JULIO H. REYES, Petitioner,
JEFFERSON B. SESSIONS, III, ATTORNEY GENERAL, Respondent.
PETITION FOR REVIEW OF AN ORDER OF THE BOARD OF IMMIGRATION
Jonathan Ng, with whom Robert Ley and Law Office of Johanna
Herrero were on brief, for petitioner.
Yedidya Cohen, Trial Attorney, Office of Immigration
Litigation, Civil Division, U.S. Department of Justice, with
whom Chad A. Readler, Acting Assistant Attorney General, and
Anthony C. Payne, Assistant Director, Office of Immigration
Litigation, were on brief, for respondent.
Lynch, Stahl, and Kayatta, Circuit Judges.
H. Reyes challenges the Board of Immigration Appeals'
("BIA") denial of his motion to reopen for being
untimely and its decision not to reopen sua sponte. The BIA
found that Reyes had submitted his motion to reopen long
after the ninety-day limit and did not show that he fit
within an exception to that limit, and did not even attempt
to argue to the BIA that he did. The BIA did not abuse its
discretion, so we deny that portion of his petition. The BIA
also determined that sua sponte reopening was unwarranted. We
dismiss Reyes's challenge of that decision for lack of
a native and citizen of El Salvador, entered the United
States in 1987 without being admitted or paroled after
inspection by an immigration officer. Between 1991 and 2011,
Reyes was arraigned on twenty-six different criminal charges.
These charges included: assault and battery with a dangerous
weapon in 1991; disorderly conduct in 1992; assault and
battery in 1993; receiving stolen property in 1993; violation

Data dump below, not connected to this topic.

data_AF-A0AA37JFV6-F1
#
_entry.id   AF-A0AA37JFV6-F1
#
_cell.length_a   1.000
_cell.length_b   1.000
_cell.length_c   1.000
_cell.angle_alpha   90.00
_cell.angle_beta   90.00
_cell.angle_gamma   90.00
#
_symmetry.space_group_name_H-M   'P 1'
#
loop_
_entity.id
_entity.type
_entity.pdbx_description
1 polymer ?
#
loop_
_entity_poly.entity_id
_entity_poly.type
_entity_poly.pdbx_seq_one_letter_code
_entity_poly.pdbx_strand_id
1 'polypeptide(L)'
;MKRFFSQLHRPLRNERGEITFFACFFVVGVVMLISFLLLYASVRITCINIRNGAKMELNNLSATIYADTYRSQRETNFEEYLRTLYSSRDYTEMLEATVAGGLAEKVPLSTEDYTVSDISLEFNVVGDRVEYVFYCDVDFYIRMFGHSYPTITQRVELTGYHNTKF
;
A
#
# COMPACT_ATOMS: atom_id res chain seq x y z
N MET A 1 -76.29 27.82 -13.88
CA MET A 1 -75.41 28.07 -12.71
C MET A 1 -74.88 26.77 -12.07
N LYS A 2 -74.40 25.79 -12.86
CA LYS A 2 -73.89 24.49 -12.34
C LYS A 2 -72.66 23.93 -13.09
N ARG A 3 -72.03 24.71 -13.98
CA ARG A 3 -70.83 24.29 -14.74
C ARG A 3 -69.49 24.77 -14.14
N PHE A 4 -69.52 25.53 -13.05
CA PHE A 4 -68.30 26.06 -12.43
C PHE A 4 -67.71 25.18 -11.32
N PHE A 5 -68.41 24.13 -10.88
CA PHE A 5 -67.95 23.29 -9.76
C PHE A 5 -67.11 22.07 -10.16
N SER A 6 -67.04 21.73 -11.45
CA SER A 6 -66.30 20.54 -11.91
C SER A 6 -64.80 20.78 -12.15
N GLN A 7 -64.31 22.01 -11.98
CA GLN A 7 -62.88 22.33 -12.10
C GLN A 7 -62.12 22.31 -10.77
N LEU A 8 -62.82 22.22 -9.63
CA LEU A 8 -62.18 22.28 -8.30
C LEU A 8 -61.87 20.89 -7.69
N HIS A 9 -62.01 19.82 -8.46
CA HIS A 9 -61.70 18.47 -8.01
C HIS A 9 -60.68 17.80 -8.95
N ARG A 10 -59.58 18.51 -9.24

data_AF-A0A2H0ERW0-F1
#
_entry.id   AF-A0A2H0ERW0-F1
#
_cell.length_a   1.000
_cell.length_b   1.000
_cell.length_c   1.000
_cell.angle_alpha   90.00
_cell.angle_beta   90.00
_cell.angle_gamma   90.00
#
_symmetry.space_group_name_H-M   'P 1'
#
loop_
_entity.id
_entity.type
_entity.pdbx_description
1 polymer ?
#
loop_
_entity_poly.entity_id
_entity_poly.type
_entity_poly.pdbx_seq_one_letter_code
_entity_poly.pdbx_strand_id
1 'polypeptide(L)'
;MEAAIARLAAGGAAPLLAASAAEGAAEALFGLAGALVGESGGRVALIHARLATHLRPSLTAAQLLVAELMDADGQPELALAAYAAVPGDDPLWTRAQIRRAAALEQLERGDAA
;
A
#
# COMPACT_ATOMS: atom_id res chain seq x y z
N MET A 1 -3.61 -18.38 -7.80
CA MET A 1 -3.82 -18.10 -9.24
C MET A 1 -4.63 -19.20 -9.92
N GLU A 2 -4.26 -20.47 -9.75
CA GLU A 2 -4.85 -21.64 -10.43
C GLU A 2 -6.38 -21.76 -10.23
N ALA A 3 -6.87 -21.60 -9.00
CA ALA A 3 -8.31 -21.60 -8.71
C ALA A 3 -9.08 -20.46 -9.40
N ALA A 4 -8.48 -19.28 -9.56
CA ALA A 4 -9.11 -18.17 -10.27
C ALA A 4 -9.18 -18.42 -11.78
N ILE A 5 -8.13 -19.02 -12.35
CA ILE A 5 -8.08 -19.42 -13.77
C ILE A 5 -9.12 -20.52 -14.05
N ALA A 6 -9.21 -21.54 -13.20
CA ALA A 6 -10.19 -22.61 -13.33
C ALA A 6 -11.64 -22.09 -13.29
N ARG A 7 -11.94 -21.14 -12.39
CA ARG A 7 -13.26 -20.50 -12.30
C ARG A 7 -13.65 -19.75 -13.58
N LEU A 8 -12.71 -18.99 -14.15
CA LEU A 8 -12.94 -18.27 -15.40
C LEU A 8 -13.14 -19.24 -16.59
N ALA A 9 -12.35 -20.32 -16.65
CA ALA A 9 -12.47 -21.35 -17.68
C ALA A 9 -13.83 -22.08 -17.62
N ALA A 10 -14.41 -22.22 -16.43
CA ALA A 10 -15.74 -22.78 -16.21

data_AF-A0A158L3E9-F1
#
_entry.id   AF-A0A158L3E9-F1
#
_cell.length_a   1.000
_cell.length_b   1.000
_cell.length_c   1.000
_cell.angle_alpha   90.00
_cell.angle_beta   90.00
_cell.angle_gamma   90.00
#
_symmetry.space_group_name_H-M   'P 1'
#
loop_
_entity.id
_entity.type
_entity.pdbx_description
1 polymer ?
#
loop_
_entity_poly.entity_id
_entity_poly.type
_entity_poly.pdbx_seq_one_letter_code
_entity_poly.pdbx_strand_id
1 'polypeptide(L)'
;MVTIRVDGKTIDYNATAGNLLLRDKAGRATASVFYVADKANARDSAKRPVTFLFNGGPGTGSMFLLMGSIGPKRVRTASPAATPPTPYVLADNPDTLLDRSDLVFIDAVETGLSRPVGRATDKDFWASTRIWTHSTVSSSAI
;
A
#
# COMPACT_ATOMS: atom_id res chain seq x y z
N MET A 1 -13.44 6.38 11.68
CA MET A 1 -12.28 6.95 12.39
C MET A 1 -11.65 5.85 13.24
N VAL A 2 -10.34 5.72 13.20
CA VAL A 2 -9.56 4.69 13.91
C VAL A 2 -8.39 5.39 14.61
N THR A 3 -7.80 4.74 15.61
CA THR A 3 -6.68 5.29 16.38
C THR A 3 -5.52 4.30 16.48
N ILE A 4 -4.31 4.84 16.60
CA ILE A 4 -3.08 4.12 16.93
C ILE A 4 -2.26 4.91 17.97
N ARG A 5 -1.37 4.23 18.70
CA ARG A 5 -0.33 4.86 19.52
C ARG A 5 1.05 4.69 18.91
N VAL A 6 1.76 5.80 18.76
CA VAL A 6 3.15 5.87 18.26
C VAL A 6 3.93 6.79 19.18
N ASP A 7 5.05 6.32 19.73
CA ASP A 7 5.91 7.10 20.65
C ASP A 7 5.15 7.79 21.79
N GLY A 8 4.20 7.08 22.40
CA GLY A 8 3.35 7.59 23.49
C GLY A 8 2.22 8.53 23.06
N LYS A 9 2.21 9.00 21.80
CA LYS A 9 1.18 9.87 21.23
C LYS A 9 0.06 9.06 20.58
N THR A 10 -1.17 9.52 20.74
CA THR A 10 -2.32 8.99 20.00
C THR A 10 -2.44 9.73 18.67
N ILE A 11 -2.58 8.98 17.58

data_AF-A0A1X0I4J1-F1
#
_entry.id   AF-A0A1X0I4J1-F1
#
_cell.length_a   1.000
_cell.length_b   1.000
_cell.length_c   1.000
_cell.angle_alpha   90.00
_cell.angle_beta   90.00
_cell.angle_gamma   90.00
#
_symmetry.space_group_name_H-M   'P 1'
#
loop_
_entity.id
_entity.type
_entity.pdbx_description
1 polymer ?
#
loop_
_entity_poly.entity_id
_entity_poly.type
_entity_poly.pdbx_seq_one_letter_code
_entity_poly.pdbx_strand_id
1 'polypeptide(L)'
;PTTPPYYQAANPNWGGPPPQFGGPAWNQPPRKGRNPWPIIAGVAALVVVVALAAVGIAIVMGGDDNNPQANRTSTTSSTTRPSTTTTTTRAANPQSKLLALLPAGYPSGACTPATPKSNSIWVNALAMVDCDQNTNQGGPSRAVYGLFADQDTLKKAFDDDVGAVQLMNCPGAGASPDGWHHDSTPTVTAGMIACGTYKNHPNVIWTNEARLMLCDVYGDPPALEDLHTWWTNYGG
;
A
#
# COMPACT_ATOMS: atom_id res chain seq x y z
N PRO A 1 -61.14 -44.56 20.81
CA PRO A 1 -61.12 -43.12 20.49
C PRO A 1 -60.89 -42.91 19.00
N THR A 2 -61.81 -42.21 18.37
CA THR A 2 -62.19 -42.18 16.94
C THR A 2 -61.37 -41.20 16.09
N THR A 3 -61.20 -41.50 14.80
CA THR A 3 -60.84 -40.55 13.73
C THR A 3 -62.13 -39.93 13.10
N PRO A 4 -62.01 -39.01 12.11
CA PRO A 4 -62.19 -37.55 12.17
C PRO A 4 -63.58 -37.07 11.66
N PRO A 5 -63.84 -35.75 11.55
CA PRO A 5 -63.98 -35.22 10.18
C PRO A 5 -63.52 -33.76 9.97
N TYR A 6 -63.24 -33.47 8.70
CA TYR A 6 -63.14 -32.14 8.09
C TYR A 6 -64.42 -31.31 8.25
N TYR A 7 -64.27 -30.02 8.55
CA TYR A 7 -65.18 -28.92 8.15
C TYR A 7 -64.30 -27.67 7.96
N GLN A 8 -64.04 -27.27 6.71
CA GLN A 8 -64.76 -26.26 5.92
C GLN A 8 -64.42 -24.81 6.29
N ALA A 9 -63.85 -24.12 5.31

of a restraining order and threatening to commit a crime in
1996, for an altercation involving a woman he said was his
girlfriend at the time; buying or receiving a stolen motor
vehicle in 1997; assault and battery on a police officer and
resisting arrest in 1998; operating a vehicle under the
influence of alcohol and leaving the scene of an accident in
2001; assault and battery with a dangerous weapon and
threatening to commit a crime in 2003, for allegedly beating
his girlfriend; intimidation of a witness in 2003, for
allegedly preventing his girlfriend from testifying regarding
the 2003 assault and battery charge; assault and battery in
2008, for allegedly hitting a woman he was dating and who is
the mother of his children; possessing an open container of
alcohol in a motor vehicle in 2009; and assault and battery
in 2011, again for allegedly beating the mother of his
least two of the charges against Reyes led to convictions. In
1993, Reyes was convicted of assault and battery, in
violation of Mass. Gen. Laws ch. 265 § 13A. In 1997, he
pleaded guilty to buying or receiving a stolen motor vehicle,
in violation of Mass. Gen. Laws ch. 266 § 28.
2007, the Department of Homeland Security initiated removal
proceedings against Reyes, charging that Reyes was present in
the United States without being admitted or inspected. Reyes
conceded that he was removable and applied for special rule
cancellation of removal under the Nicaraguan Adjustment and
Central American Relief Act of 1997 ("NACARA"),